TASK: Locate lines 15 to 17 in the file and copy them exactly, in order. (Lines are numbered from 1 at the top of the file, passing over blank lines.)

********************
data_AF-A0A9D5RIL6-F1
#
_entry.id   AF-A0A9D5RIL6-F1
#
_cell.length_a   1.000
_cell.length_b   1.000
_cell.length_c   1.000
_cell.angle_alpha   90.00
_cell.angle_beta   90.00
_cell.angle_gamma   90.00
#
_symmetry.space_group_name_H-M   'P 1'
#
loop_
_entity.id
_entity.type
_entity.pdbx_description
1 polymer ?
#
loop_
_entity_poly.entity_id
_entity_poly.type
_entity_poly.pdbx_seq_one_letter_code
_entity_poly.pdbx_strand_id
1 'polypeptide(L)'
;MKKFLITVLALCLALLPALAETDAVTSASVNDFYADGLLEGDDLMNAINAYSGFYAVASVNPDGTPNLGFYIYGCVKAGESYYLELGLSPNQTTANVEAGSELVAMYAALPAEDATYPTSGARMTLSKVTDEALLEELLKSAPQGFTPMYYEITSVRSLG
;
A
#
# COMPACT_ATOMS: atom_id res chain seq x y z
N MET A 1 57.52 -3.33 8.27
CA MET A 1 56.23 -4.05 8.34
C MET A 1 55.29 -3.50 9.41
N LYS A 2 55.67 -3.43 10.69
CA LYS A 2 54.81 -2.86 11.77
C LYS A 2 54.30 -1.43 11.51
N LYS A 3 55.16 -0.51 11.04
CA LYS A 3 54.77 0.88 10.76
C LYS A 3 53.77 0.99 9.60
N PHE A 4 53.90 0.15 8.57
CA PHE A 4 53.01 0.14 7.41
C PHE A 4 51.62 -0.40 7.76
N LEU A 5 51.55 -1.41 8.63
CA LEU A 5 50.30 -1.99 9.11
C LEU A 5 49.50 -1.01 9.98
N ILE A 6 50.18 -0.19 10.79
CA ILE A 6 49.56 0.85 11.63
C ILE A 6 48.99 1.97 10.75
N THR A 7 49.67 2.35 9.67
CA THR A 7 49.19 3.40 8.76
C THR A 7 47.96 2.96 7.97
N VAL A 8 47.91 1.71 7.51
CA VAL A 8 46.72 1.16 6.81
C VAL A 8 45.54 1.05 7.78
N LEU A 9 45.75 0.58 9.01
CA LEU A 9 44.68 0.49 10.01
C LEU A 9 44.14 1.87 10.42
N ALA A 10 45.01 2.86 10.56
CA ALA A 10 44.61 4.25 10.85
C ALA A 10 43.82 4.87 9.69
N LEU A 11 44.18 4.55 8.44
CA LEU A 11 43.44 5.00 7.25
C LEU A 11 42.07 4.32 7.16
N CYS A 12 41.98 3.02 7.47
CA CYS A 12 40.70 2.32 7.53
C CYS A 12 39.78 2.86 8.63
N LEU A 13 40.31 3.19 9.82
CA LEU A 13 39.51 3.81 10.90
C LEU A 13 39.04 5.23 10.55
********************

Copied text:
_entity.id
_entity.type
_entity.pdbx_description